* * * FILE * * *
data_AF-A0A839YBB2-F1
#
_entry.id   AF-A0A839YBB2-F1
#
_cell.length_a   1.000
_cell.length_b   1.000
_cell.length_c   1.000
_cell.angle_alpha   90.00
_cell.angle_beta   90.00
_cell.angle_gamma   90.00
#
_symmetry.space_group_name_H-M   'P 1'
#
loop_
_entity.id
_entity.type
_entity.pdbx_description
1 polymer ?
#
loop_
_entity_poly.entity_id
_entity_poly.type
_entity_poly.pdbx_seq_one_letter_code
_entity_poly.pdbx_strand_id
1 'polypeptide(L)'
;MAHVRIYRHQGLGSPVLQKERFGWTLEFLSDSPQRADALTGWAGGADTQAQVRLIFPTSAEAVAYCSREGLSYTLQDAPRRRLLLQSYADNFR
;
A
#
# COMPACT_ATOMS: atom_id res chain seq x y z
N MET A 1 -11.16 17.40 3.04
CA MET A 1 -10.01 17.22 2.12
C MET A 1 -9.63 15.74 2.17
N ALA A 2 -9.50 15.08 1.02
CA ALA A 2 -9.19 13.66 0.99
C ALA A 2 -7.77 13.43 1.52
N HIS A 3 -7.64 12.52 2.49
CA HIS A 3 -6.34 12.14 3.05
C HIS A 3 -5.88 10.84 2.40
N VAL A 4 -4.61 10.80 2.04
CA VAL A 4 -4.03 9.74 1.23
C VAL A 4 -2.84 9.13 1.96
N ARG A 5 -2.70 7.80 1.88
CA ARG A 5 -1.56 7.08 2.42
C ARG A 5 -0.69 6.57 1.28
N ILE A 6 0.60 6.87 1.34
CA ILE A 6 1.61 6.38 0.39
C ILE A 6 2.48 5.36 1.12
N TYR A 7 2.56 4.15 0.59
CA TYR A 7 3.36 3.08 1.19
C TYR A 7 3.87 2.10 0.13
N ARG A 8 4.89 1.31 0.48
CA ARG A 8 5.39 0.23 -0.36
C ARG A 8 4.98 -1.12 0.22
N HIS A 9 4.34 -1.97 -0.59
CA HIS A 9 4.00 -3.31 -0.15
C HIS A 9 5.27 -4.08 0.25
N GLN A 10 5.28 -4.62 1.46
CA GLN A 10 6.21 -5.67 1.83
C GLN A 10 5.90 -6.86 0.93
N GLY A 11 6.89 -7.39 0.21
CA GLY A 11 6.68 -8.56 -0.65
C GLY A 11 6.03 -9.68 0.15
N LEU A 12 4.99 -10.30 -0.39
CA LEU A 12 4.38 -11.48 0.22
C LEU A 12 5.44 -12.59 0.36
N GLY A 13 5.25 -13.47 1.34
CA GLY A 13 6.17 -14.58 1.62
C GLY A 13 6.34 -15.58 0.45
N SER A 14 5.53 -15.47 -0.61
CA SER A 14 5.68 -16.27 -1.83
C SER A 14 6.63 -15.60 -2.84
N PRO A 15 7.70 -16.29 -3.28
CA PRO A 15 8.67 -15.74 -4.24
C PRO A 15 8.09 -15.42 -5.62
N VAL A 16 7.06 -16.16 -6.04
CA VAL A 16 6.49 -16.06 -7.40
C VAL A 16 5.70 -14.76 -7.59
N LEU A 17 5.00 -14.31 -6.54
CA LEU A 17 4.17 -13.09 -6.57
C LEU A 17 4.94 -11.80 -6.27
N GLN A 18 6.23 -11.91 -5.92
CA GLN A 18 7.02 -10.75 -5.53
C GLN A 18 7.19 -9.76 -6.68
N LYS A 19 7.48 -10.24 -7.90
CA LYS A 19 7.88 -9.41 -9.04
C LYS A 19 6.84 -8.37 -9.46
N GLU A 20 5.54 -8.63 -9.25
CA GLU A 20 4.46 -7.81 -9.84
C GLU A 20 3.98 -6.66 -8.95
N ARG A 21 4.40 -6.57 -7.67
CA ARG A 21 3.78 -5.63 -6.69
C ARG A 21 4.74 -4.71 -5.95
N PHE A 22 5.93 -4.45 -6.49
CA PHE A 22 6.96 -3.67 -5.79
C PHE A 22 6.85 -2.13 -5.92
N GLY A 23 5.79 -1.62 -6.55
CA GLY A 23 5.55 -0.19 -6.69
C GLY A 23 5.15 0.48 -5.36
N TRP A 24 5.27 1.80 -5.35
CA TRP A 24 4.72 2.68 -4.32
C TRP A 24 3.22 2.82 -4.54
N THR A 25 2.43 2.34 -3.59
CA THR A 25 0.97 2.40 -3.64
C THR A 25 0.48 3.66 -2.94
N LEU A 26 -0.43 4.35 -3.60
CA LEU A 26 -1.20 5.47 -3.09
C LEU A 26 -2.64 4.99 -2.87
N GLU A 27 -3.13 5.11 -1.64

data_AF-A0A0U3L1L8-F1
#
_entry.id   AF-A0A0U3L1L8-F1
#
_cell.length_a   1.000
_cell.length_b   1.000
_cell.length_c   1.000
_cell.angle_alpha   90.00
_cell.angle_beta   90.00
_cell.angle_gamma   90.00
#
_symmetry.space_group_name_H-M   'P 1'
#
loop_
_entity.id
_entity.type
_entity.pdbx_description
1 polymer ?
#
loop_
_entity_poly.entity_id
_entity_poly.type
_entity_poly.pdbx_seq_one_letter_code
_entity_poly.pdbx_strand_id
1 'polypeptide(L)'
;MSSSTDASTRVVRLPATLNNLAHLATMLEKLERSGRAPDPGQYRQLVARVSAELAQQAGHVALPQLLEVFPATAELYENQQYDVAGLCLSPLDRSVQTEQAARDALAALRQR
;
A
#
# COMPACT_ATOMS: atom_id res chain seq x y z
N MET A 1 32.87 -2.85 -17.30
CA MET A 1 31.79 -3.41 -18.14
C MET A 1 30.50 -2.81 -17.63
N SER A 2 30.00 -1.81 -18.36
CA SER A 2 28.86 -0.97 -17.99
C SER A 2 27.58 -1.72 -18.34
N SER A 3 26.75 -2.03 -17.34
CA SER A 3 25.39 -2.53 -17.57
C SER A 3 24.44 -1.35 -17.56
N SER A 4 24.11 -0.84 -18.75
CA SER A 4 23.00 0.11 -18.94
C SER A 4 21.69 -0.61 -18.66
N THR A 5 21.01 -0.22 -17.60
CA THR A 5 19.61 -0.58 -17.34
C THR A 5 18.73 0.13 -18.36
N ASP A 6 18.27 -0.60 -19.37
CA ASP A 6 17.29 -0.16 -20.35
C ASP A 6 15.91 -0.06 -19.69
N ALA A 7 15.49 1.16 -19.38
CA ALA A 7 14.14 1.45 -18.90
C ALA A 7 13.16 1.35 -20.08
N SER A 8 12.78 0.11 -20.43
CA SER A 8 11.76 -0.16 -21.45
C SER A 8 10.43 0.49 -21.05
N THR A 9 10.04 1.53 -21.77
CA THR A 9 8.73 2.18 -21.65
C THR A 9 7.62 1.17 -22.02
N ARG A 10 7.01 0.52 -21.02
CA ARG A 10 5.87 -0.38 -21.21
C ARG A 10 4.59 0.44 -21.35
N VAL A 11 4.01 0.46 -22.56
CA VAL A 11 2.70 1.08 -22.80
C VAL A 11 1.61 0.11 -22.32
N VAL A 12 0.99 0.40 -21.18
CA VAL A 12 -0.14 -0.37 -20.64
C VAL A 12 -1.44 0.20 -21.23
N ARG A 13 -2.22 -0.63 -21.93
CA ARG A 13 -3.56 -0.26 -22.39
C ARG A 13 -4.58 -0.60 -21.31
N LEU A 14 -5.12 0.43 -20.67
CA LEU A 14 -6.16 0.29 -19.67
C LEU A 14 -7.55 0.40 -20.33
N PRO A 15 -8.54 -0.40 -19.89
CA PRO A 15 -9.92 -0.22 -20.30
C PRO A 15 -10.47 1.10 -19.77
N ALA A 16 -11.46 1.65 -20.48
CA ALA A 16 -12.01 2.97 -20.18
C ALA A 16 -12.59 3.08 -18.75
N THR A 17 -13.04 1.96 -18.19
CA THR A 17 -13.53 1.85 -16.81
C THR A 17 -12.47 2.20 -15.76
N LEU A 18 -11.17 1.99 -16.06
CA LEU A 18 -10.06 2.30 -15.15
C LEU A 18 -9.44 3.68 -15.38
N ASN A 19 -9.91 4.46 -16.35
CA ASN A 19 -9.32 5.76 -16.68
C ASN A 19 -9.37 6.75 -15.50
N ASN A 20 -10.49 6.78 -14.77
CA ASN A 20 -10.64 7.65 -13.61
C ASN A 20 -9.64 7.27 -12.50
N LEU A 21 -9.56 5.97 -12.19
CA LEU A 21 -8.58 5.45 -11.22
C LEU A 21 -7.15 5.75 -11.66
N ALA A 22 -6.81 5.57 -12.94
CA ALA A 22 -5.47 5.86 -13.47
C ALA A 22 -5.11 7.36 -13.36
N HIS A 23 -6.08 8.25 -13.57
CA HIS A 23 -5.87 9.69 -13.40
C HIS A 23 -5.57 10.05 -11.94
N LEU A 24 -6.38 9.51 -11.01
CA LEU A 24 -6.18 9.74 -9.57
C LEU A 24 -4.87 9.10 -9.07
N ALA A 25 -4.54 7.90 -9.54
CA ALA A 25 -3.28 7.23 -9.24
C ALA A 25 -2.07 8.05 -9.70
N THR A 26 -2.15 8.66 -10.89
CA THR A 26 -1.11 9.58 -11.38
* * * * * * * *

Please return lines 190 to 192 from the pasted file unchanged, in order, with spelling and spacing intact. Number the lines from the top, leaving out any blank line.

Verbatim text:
C THR A 17 -12.47 2.20 -15.76
N LEU A 18 -11.17 1.99 -16.06
CA LEU A 18 -10.06 2.30 -15.15